Sudbury·Audio

Legal clinics raise concerns about virtual eviction hearings

After the province put a pause on evictions due to the COVID-19 pandemic, Landlord and Tenant Board hearings have been underway again for several months. But legal clinics in Ontario are raising concerns about how those hearings are happening. 

Sudbury Community Legal Clinic among many in the province speaking out

The Sudbury Community Legal Clinic is among a number of legal clinics in the province raising concerns about virtual eviction hearings. (Erik White/CBC)

Landlord and Tenant Board hearings are once again underway after a pause of several months due to the pandemic, but legal clinics in Ontario are raising concerns about how those hearings are happening. 

The Landlord and Tenant Board, the provincial tribunal which deals with disputes between landlords and tenants, including eviction applications, has not resumed in person hearings, but began virtual hearings in mid-August.

Monique Woolnough, the executive director of the Sudbury Community Legal Clinic, says those virtual hearings do not always allow tenants to receive access to justice. 

Woolnough says since mid-October, the Landlord and Tenant Board  has "dramatically" increased number of cases being scheduled "with no regard to tenants' right to seek legal advice and assistance."

"The pressure to deal with cases quickly is denying tenants the right to get legal advice."

Scheduling, technology problems 

Woolnough says the use of virtual hearings presents a barrier to many of the low-income tenants she represents. She says many do not have reliable phone or internet access.

She recalls a recent case where she was given only 15 minutes to read the case documents, and speak with the client who had borrowed a friend's phone with spotty service. 

"It took 10 minutes for me to receive 80 pages of evidence from the landlord. I also called the client 10 times in those 10 minutes, and only got through with five minutes left," Woolnough said. 

Monique Woolnough is the executive director of the Sudbury Community Legal Aid Clinic. (Jamie-Lee McKenzie/CBC)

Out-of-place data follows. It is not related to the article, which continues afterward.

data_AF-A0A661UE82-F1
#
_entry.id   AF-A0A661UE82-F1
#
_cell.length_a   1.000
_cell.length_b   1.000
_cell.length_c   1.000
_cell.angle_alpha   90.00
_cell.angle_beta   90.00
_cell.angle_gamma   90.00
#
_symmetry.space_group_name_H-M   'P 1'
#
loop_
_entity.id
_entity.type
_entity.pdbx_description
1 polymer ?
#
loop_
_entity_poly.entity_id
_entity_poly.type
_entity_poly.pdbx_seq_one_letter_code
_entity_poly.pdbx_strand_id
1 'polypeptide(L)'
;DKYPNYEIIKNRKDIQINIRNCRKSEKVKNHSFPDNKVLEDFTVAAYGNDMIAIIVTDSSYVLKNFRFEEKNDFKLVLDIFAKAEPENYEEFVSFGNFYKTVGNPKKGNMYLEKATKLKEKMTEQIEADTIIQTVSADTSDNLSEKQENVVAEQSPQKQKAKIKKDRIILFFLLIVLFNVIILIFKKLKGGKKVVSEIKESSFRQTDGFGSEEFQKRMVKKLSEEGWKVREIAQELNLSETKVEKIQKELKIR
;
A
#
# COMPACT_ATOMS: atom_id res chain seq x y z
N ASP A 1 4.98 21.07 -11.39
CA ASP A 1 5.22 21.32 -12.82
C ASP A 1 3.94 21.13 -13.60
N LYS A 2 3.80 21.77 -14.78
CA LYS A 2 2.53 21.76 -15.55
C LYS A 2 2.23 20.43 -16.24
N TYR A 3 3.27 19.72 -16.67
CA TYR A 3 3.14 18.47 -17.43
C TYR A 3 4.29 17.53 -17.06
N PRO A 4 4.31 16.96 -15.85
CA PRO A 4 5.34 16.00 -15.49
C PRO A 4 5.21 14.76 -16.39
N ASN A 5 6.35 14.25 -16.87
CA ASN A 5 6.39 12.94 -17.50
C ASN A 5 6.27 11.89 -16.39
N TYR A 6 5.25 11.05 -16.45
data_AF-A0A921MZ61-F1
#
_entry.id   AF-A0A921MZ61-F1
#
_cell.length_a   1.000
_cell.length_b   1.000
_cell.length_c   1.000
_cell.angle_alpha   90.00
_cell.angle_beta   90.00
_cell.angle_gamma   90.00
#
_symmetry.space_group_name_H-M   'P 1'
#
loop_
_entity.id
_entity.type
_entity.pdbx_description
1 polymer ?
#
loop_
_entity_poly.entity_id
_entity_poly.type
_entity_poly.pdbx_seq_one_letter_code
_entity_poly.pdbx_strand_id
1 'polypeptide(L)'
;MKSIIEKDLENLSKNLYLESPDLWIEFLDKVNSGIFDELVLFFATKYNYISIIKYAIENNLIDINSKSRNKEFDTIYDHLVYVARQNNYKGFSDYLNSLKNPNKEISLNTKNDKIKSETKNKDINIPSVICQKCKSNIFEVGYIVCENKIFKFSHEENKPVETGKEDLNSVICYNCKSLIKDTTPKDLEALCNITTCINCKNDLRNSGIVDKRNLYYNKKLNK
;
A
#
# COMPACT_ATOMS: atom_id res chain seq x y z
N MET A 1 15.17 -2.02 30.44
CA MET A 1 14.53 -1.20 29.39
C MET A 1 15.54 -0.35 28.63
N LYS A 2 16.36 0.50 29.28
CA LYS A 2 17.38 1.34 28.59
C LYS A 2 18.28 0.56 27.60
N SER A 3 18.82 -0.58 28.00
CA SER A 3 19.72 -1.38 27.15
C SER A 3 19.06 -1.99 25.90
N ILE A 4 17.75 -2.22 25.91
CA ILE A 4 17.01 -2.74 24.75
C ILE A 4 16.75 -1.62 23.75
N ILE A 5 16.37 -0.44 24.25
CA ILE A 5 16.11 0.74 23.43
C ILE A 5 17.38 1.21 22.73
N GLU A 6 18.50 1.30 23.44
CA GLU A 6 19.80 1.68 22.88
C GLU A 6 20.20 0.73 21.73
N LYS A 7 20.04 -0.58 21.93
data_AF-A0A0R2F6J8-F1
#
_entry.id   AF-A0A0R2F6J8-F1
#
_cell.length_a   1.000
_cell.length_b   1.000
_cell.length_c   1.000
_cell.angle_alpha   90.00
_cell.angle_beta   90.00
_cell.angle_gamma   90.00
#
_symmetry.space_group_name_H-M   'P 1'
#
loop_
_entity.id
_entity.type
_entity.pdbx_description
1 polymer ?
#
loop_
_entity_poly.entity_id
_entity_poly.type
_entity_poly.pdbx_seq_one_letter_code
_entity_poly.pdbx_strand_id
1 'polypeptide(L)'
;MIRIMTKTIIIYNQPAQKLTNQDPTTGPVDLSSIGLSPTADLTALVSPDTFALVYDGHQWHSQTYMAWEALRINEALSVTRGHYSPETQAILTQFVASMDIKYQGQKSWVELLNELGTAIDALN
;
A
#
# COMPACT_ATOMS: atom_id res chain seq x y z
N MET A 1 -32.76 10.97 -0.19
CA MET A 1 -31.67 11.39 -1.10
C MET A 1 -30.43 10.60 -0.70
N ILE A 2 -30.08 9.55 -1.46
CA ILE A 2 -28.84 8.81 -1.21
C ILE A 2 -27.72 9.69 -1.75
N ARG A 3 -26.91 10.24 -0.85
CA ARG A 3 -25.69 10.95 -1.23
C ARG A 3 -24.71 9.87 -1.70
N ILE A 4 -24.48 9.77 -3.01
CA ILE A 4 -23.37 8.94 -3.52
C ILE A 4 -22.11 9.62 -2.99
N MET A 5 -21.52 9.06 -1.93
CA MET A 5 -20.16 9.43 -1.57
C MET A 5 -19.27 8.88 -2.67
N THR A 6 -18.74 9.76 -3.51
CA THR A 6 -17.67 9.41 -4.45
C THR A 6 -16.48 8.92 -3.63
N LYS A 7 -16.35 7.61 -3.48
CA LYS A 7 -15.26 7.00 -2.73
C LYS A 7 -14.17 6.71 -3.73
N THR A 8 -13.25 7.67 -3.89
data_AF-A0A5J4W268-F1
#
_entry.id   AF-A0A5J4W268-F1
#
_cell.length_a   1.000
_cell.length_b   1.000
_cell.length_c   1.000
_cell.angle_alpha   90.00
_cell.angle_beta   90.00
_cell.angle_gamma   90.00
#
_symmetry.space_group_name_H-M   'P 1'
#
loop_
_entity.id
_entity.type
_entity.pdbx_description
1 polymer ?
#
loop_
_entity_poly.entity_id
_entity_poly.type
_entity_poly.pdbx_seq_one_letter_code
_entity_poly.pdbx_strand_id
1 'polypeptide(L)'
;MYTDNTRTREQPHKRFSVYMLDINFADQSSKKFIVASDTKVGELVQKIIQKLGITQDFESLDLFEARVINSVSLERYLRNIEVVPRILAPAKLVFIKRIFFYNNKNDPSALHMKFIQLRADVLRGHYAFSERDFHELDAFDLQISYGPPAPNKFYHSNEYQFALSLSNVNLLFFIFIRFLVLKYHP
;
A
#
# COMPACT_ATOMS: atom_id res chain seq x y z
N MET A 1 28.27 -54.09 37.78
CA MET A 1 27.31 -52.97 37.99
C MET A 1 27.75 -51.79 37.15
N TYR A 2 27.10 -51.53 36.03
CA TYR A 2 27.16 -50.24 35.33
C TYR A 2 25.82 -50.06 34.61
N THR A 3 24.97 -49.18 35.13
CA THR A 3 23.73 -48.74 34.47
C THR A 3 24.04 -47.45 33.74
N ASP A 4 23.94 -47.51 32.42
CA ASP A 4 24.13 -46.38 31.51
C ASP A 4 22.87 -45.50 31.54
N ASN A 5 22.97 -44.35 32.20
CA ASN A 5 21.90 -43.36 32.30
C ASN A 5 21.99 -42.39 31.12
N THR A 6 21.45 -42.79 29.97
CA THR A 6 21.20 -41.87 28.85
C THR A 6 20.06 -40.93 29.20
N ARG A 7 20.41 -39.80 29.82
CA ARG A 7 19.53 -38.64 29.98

Woolnough says there are also problems with how the hearings are being scheduled. The Sudbury Community Legal Clinic has five staff members available to offer legal advice, but she says on a recent day, there were 16 different hearings all scheduled at the same time, on different phone lines. 

"We are unable to provide legal advice to tenants because we cannot simultaneously be present on all phone lines," Woolnough said, noting it's a problem throughout the province. 

"This is denying thousands of tenants the chance to get legal advice on a hearing that could result in losing their home right before the cold winter months, and in the middle of a pandemic." 

Suggestions for improvements 

With the ongoing pandemic, Woolnough and other advocates would like to see the province re-instate a moratorium on evictions.

However, in the absence of that, Woolnough says there are things the Landlord and Tenant Board could do, to ensure equitable access to justice, such as providing spaces where people could access a phone or computer if they don't have one. 

"They've left it to clinics. We're very small, we don't have space to do that for all tenants in Ontario, but it's certainly something the Landlord and Tenant Board could take the lead on," Woolnough said. 

Tribunals Ontario did not make anyone available for an interview, and did not provide a statement by CBC's deadline. 

The Sudbury Community Legal Clinic represents low-income tenants at Landlord and Tenant Board Hearings. It's one of a number of Legal Clinics throughout the province speaking out against the current virtual hearing system being used as a result of the pandemic. We heard more from Monique Woolnough, the executive director of the Sudbury Community Legal Clinic. 7:30

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